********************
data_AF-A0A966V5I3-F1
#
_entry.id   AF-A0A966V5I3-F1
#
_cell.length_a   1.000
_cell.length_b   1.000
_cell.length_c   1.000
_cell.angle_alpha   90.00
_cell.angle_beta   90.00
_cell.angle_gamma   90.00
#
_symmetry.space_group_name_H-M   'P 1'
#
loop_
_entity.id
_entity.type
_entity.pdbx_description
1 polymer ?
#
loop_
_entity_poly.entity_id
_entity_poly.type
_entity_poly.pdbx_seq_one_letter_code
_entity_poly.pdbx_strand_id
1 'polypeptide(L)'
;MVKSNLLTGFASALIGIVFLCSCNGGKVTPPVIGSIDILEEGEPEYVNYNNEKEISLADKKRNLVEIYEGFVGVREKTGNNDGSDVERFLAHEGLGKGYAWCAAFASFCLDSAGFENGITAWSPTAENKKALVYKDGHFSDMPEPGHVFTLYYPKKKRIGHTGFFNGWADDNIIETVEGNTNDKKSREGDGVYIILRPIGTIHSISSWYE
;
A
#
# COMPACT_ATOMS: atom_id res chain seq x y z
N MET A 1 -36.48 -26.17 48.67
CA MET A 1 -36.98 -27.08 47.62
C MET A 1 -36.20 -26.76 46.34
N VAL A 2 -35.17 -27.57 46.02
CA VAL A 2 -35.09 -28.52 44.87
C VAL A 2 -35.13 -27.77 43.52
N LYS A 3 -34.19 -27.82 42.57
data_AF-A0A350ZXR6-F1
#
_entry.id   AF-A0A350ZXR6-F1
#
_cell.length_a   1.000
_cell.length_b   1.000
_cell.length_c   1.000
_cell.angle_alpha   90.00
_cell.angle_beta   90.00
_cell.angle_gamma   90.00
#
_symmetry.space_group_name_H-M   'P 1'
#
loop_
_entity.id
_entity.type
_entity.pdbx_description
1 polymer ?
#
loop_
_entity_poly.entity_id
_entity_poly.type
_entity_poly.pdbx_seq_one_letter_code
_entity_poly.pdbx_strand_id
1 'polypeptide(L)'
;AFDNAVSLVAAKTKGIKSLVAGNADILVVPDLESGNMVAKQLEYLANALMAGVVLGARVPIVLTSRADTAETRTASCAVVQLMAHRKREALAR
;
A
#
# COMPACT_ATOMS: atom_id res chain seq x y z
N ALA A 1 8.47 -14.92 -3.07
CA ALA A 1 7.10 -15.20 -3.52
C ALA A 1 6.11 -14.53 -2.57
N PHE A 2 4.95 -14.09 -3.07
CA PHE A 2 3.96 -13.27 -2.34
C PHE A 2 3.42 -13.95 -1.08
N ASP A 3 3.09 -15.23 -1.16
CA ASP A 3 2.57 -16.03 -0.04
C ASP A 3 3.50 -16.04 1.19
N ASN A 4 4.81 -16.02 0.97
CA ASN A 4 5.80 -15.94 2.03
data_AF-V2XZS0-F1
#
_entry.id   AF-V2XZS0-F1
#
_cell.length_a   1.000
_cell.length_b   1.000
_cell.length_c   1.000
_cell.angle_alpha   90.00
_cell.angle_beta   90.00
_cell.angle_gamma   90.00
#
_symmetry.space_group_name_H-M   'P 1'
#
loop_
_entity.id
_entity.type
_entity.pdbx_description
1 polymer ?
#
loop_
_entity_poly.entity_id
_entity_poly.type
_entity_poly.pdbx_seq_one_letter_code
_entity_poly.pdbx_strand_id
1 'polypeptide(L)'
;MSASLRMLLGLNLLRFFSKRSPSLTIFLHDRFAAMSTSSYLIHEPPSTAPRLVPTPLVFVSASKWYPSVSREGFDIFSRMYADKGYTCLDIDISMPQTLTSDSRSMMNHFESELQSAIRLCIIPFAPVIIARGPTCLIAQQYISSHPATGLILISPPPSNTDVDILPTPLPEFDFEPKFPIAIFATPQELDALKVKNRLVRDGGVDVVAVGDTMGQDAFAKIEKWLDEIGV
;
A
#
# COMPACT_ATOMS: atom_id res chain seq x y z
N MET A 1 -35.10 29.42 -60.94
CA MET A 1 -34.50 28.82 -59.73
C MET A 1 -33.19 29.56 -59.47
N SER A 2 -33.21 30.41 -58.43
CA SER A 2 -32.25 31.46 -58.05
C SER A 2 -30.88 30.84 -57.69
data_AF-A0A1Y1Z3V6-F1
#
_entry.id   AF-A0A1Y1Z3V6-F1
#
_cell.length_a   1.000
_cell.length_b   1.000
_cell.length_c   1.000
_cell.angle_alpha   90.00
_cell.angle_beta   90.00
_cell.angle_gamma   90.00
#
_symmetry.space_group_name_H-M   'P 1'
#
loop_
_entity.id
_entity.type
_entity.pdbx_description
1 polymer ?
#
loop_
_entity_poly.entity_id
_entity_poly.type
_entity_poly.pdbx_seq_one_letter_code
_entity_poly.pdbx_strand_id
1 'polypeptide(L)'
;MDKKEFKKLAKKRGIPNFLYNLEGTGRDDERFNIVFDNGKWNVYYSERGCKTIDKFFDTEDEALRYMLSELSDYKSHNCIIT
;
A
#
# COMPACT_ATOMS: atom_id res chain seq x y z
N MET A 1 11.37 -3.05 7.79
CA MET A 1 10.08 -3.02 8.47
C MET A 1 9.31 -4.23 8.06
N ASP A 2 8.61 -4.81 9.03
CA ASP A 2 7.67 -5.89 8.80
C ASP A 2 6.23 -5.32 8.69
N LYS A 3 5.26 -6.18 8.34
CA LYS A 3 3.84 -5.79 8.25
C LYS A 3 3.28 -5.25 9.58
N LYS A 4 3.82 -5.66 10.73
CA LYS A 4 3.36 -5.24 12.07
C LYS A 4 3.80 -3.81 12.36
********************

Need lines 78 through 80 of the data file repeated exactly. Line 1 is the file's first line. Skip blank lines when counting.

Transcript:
CA ASN A 4 5.80 -15.94 2.03
data_AF-V2XZS0-F1
#